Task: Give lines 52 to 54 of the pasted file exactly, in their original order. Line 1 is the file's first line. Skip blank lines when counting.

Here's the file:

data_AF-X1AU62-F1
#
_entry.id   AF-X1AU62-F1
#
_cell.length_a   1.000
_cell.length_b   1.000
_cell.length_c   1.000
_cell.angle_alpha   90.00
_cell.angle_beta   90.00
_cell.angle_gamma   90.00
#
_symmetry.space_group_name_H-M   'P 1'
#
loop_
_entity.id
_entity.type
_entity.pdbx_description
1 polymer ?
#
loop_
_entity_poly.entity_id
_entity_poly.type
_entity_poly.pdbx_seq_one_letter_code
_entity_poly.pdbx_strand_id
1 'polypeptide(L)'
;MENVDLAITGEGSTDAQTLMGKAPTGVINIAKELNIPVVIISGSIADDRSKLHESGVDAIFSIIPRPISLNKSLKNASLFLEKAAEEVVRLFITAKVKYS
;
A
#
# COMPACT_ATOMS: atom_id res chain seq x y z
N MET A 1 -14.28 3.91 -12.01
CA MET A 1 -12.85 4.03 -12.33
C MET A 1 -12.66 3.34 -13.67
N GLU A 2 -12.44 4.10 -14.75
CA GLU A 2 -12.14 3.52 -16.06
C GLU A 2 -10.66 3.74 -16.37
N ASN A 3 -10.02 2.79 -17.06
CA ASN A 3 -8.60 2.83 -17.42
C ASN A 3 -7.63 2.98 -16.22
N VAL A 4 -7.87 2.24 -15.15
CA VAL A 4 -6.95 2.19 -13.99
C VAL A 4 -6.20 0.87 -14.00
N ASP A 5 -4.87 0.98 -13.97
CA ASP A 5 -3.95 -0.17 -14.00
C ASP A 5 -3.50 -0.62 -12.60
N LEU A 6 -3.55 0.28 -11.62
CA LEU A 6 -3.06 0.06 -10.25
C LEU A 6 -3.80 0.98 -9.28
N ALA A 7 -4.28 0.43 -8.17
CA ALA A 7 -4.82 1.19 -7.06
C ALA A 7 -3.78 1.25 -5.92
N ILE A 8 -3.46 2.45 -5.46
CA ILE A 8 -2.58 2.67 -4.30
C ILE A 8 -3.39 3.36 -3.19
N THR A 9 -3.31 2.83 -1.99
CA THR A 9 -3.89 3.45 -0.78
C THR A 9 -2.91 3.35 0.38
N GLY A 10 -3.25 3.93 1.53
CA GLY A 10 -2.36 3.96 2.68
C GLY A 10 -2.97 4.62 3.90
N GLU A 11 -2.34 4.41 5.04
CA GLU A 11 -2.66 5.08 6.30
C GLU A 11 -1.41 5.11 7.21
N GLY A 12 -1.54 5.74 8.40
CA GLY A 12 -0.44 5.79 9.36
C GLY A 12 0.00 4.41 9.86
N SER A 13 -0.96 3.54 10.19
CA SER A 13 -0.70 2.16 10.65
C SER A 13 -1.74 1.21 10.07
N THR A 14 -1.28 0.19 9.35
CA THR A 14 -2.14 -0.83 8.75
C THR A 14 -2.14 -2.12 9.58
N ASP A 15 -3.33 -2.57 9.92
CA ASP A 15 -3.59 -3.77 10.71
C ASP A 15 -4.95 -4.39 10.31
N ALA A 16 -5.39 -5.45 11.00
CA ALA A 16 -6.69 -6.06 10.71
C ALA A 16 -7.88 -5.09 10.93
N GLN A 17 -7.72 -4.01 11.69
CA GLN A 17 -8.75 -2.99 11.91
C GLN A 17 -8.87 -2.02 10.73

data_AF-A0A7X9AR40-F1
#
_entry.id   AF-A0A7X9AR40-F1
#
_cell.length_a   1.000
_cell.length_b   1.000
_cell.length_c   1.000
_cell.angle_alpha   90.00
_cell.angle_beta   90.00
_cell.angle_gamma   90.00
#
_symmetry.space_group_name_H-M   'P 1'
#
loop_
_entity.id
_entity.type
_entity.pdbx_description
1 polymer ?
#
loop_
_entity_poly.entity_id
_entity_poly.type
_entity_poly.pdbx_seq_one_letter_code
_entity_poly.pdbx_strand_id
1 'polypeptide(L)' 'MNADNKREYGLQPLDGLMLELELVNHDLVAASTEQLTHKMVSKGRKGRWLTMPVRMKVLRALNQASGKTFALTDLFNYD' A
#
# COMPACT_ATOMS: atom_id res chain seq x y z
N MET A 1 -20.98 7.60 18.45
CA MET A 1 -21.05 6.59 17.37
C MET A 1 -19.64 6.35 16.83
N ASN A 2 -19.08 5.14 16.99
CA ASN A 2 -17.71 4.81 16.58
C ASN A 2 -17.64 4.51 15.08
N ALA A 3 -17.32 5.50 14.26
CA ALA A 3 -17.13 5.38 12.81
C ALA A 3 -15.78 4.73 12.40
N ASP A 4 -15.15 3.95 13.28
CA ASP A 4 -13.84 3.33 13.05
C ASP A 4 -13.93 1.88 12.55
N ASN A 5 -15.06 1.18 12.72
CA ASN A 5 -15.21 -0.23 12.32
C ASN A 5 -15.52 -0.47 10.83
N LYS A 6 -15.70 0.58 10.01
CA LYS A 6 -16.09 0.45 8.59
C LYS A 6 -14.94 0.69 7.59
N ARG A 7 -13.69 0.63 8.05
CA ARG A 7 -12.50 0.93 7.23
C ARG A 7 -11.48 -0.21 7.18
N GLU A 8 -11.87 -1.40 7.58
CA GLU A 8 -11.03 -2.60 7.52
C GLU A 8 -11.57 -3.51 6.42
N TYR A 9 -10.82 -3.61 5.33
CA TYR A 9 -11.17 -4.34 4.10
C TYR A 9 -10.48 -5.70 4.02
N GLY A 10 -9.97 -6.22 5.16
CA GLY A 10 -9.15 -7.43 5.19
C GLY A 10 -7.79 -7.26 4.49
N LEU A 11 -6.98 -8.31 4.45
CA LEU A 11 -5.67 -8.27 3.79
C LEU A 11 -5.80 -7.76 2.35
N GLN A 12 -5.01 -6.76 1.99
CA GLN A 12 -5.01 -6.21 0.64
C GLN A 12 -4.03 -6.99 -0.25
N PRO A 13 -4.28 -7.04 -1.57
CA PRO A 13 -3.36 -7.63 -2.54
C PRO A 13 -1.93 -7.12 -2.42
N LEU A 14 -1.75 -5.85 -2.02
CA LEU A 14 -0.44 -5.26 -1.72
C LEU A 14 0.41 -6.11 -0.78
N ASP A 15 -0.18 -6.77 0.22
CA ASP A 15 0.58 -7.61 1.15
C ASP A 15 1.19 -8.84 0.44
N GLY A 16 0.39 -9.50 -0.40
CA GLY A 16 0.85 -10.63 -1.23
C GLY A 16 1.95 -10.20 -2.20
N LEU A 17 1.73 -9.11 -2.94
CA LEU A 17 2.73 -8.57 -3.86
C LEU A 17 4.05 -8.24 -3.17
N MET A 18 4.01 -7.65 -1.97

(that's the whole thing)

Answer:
N ILE A 8 -3.46 2.45 -5.46
CA ILE A 8 -2.58 2.67 -4.30
C ILE A 8 -3.39 3.36 -3.19